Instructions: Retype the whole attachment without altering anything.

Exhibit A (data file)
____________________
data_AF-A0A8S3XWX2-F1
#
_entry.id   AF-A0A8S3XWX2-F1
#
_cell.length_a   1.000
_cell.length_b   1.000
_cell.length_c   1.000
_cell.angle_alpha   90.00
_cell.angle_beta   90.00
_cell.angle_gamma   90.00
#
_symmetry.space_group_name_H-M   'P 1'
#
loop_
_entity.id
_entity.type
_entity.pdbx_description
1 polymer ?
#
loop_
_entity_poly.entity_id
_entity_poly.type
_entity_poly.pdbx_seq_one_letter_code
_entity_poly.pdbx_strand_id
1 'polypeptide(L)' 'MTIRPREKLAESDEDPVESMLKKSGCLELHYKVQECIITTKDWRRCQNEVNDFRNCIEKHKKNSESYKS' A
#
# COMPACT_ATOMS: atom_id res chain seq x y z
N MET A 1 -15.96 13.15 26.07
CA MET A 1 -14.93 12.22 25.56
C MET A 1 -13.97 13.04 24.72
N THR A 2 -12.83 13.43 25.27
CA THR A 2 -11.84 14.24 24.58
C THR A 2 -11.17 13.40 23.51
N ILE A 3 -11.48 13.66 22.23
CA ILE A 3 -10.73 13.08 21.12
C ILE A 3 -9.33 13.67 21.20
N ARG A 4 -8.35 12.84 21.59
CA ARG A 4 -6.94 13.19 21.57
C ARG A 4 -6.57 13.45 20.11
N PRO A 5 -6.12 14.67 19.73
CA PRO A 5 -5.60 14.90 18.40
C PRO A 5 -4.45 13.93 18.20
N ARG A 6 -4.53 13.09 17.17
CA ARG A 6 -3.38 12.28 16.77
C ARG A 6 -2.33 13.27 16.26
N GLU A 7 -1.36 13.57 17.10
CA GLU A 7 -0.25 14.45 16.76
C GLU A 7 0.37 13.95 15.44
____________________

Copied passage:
data_AF-A0A8S3XWX2-F1
#
_entry.id   AF-A0A8S3XWX2-F1
#
_cell.length_a   1.000
_cell.length_b   1.000
_cell.length_c   1.000
_cell.angle_alpha   90.00
_cell.angle_beta   90.00
_cell.angle_gamma   90.00
#
_symmetry.space_group_name_H-M   'P 1'
#
loop_
_entity.id
_entity.type
_entity.pdbx_description
1 polymer ?
#
loop_
_entity_poly.entity_id
_entity_poly.type
_entity_poly.pdbx_seq_one_letter_code
_entity_poly.pdbx_strand_id
1 'polypeptide(L)' 'MTIRPREKLAESDEDPVESMLKKSGCLELHYKVQECIITTKDWRRCQNEVNDFRNCIEKHKKNSESYKS' A
#
# COMPACT_ATOMS: atom_id res chain seq x y z
N MET A 1 -15.96 13.15 26.07
CA MET A 1 -14.93 12.22 25.56
C MET A 1 -13.97 13.04 24.72
N THR A 2 -12.83 13.43 25.27
CA THR A 2 -11.84 14.24 24.58
C THR A 2 -11.17 13.40 23.51
N ILE A 3 -11.48 13.66 22.23
CA ILE A 3 -10.73 13.08 21.12
C ILE A 3 -9.33 13.67 21.20
N ARG A 4 -8.35 12.84 21.59
CA ARG A 4 -6.94 13.19 21.57
C ARG A 4 -6.57 13.45 20.11
N PRO A 5 -6.12 14.67 19.73
CA PRO A 5 -5.60 14.90 18.40
C PRO A 5 -4.45 13.93 18.20
N ARG A 6 -4.53 13.09 17.17
CA ARG A 6 -3.38 12.28 16.77
C ARG A 6 -2.33 13.27 16.26
N GLU A 7 -1.36 13.57 17.10
CA GLU A 7 -0.25 14.45 16.76
C GLU A 7 0.37 13.95 15.44